A former 7-Eleven store owner in Boston decided to test his luck by opening his own store under a rather inspired name: 6-Twelve.
Store owner Abu Musa waged a war with the convenience store giant by opening his own store across the road from the 7-Eleven he used to work in.
“My goal is to get them to close,” he said.
Successfully owning over 50,000 convenience stores worldwide, 7-Eleven was named due its opening hours of 7am to 11 pm.
Similarly, Mr Musa’s store name also emulates his opening hours in his store name, 6 am to 12 am.
Opening his first store, a 7-Eleven franchise in 2005, Mr Musa said it was the company’s restricted policies surrounding their hot food offering claiming the items never sold and cost him money to stock.
“They’d sit there on the rollers, no one would buy them, and every day I would throw out $200 to $300 worth of food that I had to pay for,” he said.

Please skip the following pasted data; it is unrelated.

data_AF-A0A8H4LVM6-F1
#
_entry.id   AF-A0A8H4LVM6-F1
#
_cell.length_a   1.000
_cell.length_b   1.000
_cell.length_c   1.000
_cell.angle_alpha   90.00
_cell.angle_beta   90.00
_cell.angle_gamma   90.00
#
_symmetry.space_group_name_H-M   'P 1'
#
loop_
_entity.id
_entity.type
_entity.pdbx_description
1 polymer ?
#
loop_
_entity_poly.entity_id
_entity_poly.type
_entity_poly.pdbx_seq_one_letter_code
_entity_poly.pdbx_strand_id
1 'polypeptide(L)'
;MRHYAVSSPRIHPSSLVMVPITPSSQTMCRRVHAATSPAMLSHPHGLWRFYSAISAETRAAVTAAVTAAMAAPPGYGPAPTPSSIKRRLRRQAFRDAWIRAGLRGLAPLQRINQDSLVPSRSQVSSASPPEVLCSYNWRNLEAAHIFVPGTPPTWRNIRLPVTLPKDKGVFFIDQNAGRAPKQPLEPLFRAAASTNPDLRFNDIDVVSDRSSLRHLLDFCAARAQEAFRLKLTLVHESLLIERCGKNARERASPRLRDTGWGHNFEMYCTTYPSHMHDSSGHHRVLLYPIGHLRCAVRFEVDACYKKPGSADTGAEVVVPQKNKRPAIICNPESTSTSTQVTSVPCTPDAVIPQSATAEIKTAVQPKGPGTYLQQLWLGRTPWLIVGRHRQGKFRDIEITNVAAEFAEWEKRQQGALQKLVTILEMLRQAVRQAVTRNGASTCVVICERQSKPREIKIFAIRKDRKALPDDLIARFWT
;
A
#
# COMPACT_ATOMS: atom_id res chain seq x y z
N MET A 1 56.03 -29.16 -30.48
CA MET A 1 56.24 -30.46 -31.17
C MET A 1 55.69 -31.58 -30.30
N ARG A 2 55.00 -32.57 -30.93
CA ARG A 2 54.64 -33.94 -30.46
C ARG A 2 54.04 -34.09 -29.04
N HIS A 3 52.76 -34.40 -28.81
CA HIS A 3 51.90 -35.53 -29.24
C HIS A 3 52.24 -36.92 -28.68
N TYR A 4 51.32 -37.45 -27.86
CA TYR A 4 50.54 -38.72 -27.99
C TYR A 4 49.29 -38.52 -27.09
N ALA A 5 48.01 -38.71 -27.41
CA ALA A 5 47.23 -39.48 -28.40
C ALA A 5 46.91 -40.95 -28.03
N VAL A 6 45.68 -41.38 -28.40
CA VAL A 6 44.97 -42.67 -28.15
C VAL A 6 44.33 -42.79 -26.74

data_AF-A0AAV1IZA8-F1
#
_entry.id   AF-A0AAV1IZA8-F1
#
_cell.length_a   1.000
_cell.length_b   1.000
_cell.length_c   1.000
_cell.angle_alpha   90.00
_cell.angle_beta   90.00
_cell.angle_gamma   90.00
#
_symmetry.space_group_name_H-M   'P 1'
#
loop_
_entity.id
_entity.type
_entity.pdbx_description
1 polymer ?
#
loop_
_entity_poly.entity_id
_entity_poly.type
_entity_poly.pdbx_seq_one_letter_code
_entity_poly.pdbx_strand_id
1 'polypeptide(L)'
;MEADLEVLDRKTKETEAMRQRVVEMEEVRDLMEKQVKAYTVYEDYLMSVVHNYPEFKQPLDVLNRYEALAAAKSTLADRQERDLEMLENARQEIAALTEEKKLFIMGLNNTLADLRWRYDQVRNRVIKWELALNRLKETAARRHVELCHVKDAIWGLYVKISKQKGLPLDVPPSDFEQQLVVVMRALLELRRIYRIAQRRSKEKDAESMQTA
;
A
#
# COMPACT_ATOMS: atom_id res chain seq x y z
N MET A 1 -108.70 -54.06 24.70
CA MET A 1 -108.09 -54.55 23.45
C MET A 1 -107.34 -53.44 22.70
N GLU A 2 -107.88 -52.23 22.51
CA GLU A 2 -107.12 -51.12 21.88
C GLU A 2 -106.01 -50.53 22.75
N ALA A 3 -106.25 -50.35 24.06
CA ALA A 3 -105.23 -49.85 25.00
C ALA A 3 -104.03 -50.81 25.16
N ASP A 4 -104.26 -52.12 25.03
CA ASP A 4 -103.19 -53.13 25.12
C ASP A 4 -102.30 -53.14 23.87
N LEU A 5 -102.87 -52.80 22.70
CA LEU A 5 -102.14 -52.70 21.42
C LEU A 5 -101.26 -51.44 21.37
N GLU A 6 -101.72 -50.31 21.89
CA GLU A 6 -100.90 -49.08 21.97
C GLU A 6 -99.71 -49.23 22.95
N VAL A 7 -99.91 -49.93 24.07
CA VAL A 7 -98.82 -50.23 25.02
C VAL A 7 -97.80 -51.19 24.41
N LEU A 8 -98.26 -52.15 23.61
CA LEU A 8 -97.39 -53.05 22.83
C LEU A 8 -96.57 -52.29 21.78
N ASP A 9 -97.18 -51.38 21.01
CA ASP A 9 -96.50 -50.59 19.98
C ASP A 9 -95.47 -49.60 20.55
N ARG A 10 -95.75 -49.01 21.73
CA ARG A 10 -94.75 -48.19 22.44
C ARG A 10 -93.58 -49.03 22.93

After multiple clashes surrounding the sale of pizza and chicken wings, the struggle reached its breaking point with Mr Musa was accused of shady practices at his register including a failure to ring in purchases and voiding others.
“Whatever, whenever they want they can bring into the store and we have no option, no choice but to accept it,” he said of 7-Eleven and their hot food stocking policies.
“Because they said you signed the paperwork.”
His franchise was revoked and he filed a countersuit against the company.
Mr Musa settled for an undisclosed sum out of court and reluctantly left his store.
“7-Eleven didn’t treat me as a partner anymore,” he said.
“They treated me as a slave.”
After spending a year trying to work out what to do with himself, he decided to open a rival store across the street from his previous employer.
Mr Musa is now focusing on how to drive up business, grow his customer base and outsell 7-Eleven.
“I know the price of everything in that store,” he said.
“I sell the same things cheaper.”